harassment

iVillage Member
Registered: 08-12-2014
harassment
11
Tue, 08-12-2014 - 6:31pm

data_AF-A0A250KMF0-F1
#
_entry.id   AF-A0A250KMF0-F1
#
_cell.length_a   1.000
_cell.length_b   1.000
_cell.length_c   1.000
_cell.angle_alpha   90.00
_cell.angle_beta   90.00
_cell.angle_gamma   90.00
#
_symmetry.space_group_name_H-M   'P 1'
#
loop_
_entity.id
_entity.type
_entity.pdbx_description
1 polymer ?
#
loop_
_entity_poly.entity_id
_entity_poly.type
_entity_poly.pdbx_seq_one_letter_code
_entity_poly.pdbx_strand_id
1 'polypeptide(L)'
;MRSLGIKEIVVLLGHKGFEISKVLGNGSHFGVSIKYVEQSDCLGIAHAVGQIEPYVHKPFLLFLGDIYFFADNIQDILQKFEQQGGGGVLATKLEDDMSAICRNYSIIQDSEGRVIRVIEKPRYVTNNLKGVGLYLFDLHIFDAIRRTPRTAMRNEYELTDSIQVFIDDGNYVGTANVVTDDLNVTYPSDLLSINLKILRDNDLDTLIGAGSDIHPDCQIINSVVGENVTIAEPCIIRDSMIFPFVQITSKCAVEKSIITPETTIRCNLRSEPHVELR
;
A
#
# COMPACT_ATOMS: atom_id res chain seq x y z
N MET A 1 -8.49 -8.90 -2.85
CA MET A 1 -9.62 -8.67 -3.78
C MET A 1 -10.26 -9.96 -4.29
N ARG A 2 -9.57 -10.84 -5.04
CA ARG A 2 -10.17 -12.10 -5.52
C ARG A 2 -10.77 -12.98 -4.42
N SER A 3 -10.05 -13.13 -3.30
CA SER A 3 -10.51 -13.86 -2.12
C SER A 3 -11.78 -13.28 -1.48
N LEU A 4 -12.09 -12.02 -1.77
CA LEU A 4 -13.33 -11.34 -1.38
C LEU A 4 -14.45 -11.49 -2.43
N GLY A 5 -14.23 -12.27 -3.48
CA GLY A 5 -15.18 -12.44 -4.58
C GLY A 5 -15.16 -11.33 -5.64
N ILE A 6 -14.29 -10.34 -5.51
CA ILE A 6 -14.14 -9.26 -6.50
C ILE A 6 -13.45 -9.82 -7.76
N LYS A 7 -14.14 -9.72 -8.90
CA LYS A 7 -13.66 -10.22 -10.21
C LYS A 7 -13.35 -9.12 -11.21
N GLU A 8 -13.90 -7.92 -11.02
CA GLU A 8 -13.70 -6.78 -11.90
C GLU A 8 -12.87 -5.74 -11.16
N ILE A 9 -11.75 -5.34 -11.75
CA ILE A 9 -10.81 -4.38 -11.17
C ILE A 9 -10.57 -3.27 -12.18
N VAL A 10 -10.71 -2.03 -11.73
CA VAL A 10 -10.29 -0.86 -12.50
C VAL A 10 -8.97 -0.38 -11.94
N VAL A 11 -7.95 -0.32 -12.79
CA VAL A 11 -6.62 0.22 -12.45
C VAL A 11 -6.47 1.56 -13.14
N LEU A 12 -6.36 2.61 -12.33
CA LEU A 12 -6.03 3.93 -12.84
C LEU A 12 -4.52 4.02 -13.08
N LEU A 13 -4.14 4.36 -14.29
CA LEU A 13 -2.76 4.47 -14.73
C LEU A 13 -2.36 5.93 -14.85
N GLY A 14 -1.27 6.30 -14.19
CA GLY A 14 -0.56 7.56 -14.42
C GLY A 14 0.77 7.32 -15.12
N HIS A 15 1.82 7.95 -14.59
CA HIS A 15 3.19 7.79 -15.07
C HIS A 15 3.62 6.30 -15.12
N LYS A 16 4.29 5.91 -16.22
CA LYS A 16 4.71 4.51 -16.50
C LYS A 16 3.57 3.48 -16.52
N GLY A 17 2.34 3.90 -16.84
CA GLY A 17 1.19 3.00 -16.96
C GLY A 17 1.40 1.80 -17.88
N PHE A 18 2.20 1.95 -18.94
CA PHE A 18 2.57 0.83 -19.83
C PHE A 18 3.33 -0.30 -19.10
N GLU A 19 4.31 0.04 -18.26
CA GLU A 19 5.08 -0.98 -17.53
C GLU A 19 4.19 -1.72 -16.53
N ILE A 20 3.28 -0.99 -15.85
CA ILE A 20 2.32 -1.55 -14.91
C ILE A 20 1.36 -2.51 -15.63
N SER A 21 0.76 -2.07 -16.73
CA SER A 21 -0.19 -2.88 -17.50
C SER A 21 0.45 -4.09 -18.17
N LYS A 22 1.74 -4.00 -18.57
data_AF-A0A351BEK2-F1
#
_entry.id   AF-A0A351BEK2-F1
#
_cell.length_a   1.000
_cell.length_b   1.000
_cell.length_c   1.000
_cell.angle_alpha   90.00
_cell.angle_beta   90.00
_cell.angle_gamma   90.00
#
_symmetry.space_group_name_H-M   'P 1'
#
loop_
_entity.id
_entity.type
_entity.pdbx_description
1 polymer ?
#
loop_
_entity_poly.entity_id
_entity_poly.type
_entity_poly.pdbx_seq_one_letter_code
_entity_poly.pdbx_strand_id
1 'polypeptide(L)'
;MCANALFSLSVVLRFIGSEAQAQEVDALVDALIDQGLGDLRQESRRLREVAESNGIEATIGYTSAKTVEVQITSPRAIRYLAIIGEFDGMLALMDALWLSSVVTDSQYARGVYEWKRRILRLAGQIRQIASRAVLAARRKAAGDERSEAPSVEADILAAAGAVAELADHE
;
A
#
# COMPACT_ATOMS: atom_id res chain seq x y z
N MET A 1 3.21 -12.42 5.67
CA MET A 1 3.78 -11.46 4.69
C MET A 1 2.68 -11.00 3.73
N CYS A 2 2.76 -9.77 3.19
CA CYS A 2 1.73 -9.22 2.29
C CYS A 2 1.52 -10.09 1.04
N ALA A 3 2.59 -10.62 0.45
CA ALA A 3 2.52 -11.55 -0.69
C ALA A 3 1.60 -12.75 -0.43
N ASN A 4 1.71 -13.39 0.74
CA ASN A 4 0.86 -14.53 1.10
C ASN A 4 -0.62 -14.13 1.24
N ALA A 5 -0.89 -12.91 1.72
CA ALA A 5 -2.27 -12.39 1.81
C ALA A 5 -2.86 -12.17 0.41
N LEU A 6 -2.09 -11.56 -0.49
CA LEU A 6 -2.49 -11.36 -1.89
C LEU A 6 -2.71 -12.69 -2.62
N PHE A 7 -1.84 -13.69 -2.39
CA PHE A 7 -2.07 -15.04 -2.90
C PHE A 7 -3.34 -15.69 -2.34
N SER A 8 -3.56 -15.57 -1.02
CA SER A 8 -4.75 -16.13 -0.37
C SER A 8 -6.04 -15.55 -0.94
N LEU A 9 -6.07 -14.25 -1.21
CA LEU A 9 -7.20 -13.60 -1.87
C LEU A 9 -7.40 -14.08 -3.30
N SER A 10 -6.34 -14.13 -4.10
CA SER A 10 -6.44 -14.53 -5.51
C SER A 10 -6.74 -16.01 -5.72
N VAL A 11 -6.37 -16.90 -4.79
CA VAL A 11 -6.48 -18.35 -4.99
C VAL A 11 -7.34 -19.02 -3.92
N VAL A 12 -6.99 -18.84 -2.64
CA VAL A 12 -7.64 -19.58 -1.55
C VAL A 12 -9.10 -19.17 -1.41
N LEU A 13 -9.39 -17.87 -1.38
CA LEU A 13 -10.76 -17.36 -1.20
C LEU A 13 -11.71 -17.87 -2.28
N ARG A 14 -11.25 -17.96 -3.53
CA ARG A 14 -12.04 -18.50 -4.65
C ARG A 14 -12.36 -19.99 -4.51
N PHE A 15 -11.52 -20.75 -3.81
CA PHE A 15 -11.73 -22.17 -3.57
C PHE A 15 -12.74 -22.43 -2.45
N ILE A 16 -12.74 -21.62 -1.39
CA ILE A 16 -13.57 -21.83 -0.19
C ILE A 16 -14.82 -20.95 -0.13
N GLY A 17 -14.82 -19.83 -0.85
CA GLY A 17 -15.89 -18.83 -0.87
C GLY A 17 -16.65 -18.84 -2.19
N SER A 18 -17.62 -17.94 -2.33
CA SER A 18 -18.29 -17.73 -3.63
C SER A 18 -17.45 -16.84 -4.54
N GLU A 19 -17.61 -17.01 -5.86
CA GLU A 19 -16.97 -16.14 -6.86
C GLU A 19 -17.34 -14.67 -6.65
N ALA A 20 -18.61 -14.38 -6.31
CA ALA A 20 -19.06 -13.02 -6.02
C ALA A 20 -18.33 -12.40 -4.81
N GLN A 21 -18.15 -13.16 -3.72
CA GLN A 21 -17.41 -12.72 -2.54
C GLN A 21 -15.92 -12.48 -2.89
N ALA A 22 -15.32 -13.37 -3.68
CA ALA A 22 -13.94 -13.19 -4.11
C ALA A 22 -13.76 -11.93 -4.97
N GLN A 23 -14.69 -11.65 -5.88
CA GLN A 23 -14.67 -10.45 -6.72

Hi, I’m new here and having read some of the discussions, I feel this is such a great forum. I have a question regarding harassment and how to help my daughter become more assertive. Toward the end of last year, she met a young man through a study group, and spent a bit of time studying with him along with other friends, not alone with him. He became interested in dating her, but she didn’t want to date him, and as he began to pursue her more and more, she became concerned that he’s too pushy. Over the summer, he started to text her constantly, several times a day; sent her Facebook messages constantly; sent her constant snap chats, etc. She told him repeatedly that she is very busy – she is working long hours every day, is doing a lot of volunteering and is busy studying as well. But most importantly, she simply does not like this guy! But she has a very tough time saying no when asked out by someone she doesn’t like, and instead, she has gotten into a habit of saying yes, only to cancel closer to the date. Unfortunately, this guy figured that out about her and showed up exactly on her doorstep for a date, and, unable to get out of it, she agreed to go out to a gallery with him. She paid for herself, but afterward, he insisted on paying for her, and she very reluctantly accepted! After that, he continued his constant communication with her, until she blocked his texts. He got very upset, but she explained that she’s just too busy. So he agreed that since she’s so busy, he’d wait until August when she would be less busy. Come August, he immediately resumed his constant communicating with her, demanding to know her schedule, her courses, etc. She is feeling really, really harassed by this guy, but doesn’t know how to handle it. After ignoring his constant messages, she finally responded on Facebook by telling him “You’re bothering me. I don’t want to talk to you. Stop”. He responded by saying he just really, really wants to talk to her. So she un-friended him on FB and blocked his calls and texts. I’m worried, now, if this guy can get crazy … I really don’t know what to advise her. She wants him to leave her alone, but doesn’t know how to make him. What would you advise? He will likely be in some of the same classes, and they are both going into third year.